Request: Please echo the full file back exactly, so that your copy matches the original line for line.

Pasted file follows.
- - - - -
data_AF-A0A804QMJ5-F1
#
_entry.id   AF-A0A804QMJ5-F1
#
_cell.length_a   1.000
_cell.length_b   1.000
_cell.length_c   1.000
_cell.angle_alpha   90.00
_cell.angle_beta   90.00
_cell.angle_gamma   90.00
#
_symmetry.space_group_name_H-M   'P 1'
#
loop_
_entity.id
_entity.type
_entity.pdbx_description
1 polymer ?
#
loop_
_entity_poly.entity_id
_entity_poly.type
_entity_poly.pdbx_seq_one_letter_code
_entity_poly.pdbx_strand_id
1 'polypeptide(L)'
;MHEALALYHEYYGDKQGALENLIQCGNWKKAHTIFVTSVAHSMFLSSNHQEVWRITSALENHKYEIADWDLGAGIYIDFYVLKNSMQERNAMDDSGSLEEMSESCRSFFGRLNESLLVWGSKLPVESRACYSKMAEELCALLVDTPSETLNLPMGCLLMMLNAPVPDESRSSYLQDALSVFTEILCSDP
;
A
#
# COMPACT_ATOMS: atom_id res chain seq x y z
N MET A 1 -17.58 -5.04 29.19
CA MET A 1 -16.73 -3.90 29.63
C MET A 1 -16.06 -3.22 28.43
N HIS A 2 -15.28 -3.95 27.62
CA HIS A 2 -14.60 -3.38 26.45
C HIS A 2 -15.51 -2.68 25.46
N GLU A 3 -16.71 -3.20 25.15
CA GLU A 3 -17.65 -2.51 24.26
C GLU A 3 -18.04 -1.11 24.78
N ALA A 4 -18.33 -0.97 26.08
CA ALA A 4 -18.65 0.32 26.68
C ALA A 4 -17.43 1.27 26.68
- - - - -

data_AF-A0A804QMJ5-F1
#
_entry.id   AF-A0A804QMJ5-F1
#
_cell.length_a   1.000
_cell.length_b   1.000
_cell.length_c   1.000
_cell.angle_alpha   90.00
_cell.angle_beta   90.00
_cell.angle_gamma   90.00
#
_symmetry.space_group_name_H-M   'P 1'
#
loop_
_entity.id
_entity.type
_entity.pdbx_description
1 polymer ?
#
loop_
_entity_poly.entity_id
_entity_poly.type
_entity_poly.pdbx_seq_one_letter_code
_entity_poly.pdbx_strand_id
1 'polypeptide(L)'
;MHEALALYHEYYGDKQGALENLIQCGNWKKAHTIFVTSVAHSMFLSSNHQEVWRITSALENHKYEIADWDLGAGIYIDFYVLKNSMQERNAMDDSGSLEEMSESCRSFFGRLNESLLVWGSKLPVESRACYSKMAEELCALLVDTPSETLNLPMGCLLMMLNAPVPDESRSSYLQDALSVFTEILCSDP
;
A
#
# COMPACT_ATOMS: atom_id res chain seq x y z
N MET A 1 -17.58 -5.04 29.19
CA MET A 1 -16.73 -3.90 29.63
C MET A 1 -16.06 -3.22 28.43
N HIS A 2 -15.28 -3.95 27.62
CA HIS A 2 -14.60 -3.38 26.45
C HIS A 2 -15.51 -2.68 25.46
N GLU A 3 -16.71 -3.20 25.15
CA GLU A 3 -17.65 -2.51 24.26
C GLU A 3 -18.04 -1.11 24.78
N ALA A 4 -18.33 -0.97 26.08
CA ALA A 4 -18.65 0.32 26.68
C ALA A 4 -17.43 1.27 26.68